Today, 31% of Millennials who obtained at least a high school degree (but didn’t follow the work and marriage steps) by their mid-20s are in poverty when they reach ages 28 to 34.3 Young adults who earned not only a high school diploma but also managed to have a full-time job (including those who were in college or married and home with children) in their mid-twenties are even less likely to be poor. Just 8% of Millennials who are “on track”—that is, had taken the first two steps of the success sequence but had neither married or had children—are poor. Finally, only 3% of young adults who passed through all three milestones associated with the success sequence in its entirety—including marrying first—are poor.
In contrast, 53% of young adults who did not follow this sequence at all are in poverty. Among black and Latino Millennials, as well as Millennials who grew up in low-income families, those who followed the success sequence are markedly less likely to be poor than their peers who did not. The association between following the success sequence and avoiding poverty remains robust after controlling for various factors such as education, childhood family income, race/ ethnicity, sex, and the Armed Forces Qualification Test.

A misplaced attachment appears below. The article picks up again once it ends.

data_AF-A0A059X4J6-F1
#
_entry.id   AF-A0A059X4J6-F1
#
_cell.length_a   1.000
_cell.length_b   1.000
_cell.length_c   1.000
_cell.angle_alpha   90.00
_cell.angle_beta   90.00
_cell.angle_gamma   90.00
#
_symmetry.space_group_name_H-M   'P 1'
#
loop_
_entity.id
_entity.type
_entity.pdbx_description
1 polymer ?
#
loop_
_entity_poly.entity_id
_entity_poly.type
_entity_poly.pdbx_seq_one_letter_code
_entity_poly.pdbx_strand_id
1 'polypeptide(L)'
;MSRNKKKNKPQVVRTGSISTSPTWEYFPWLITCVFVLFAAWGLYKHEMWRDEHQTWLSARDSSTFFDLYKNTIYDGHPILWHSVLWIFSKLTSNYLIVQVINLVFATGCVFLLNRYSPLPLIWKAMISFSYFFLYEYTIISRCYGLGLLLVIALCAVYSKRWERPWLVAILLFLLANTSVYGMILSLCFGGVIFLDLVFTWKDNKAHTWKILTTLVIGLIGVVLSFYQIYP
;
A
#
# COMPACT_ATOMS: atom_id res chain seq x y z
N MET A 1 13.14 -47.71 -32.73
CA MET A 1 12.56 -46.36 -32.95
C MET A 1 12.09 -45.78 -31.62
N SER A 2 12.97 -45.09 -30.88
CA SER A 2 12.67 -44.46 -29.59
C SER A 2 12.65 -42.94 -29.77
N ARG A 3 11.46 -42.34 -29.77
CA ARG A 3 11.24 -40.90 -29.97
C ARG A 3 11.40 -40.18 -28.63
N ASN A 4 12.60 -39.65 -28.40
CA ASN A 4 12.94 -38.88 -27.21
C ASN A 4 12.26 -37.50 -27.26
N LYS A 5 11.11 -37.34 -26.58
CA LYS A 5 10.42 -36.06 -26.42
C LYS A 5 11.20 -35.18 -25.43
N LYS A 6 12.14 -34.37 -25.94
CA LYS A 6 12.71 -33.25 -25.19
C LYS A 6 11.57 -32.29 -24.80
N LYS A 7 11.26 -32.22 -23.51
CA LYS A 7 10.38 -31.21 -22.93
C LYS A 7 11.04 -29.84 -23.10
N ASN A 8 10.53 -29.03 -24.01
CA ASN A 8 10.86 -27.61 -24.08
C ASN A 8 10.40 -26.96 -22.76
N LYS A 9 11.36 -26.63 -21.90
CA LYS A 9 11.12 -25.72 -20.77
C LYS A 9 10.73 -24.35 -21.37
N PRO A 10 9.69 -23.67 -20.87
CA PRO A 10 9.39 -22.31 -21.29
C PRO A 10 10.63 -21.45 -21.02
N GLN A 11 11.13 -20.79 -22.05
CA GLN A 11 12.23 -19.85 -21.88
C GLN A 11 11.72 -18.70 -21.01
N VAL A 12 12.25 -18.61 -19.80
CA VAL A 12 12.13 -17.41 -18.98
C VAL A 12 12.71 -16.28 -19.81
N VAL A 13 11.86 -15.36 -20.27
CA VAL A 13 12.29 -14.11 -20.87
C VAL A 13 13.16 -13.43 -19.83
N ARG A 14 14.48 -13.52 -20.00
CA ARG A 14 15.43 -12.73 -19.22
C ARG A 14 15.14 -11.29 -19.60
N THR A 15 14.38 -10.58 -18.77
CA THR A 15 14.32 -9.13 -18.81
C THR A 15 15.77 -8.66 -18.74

Even though young men and women are taking increasingly divergent paths into adulthood in America today, panel data that tracks adults across the transition to adulthood indicate that the path most likely to be associated with realizing the American Dream is one guided by the success sequence.
Given the importance of education, work, and marriage—even for a generation that has taken increasingly circuitous routes into adulthood—policy makers, business leaders, and civic leaders should work to advance public policies and cultural changes to make this sequence both more attainable and more valued.
Among other things, this should include public and private efforts to strengthen career and technical education, expand the Earned Income Tax Credit or other wage subsidies, and publicize the value of the “success sequence” to adolescents and young adults across America.
This article was originally published on Mercatornet.com. Read the original article.